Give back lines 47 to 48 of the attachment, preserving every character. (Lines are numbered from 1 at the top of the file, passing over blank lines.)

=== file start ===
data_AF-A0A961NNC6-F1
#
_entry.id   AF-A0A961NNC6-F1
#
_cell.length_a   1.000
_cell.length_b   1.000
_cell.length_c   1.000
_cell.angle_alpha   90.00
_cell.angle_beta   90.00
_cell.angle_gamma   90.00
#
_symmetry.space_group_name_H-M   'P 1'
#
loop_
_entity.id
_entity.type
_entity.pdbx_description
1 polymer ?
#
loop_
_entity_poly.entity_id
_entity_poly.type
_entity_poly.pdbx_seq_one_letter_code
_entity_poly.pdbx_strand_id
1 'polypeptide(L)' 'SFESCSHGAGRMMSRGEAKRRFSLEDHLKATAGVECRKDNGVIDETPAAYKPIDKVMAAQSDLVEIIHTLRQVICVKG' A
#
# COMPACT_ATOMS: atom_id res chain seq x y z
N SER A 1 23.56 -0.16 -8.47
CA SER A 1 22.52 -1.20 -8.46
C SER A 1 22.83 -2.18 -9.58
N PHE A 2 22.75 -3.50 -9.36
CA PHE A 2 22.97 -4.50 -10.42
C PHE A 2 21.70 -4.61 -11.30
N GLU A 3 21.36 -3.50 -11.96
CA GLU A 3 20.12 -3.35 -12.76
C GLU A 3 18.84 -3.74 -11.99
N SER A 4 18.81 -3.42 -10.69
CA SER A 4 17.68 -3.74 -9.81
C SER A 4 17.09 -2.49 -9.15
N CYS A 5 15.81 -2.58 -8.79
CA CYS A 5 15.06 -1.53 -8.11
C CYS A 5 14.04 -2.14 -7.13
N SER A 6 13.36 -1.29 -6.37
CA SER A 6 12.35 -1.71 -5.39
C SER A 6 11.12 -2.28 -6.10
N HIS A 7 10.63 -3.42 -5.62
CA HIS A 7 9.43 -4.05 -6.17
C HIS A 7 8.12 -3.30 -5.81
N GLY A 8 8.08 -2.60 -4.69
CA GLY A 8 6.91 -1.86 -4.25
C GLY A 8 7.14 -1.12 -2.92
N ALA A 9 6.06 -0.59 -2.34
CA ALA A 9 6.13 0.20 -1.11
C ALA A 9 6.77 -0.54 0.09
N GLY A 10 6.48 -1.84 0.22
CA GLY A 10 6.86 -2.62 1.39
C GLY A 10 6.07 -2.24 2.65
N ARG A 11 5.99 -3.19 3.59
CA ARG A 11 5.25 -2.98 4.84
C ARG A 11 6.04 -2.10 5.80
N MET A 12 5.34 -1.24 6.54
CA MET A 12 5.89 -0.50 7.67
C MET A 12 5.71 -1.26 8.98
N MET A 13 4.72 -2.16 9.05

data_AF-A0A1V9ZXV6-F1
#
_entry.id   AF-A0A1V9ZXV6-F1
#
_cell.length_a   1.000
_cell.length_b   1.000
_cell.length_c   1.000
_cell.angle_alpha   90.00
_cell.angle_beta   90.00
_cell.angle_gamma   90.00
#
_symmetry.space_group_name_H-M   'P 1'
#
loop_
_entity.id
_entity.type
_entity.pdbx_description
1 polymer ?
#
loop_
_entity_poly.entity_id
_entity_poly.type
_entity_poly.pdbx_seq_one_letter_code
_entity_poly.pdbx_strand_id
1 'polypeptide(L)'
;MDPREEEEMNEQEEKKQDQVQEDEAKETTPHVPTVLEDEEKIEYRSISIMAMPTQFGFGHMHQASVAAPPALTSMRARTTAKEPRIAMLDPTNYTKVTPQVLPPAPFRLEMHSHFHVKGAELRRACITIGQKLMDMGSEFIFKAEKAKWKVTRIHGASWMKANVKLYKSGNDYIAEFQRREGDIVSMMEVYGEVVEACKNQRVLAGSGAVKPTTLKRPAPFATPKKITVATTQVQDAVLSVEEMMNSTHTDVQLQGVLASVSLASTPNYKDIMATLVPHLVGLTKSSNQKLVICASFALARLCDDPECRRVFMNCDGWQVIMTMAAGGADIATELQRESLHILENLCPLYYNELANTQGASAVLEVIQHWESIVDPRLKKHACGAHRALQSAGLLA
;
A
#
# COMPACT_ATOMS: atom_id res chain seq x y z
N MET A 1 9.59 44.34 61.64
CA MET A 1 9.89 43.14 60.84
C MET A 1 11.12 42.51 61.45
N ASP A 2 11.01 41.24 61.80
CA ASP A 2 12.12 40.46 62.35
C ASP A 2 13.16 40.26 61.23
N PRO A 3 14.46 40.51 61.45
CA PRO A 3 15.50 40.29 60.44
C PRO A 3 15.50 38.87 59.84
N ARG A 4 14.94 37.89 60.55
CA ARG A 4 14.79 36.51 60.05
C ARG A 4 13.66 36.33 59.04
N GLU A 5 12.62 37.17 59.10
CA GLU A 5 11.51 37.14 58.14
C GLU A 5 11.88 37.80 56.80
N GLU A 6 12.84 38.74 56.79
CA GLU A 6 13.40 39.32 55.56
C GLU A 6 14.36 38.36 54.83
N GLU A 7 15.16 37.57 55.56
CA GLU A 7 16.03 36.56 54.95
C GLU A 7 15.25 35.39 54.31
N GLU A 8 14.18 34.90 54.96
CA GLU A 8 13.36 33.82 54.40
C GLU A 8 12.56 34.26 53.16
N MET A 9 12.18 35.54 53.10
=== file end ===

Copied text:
CA HIS A 7 9.43 -4.05 -6.17
C HIS A 7 8.12 -3.30 -5.81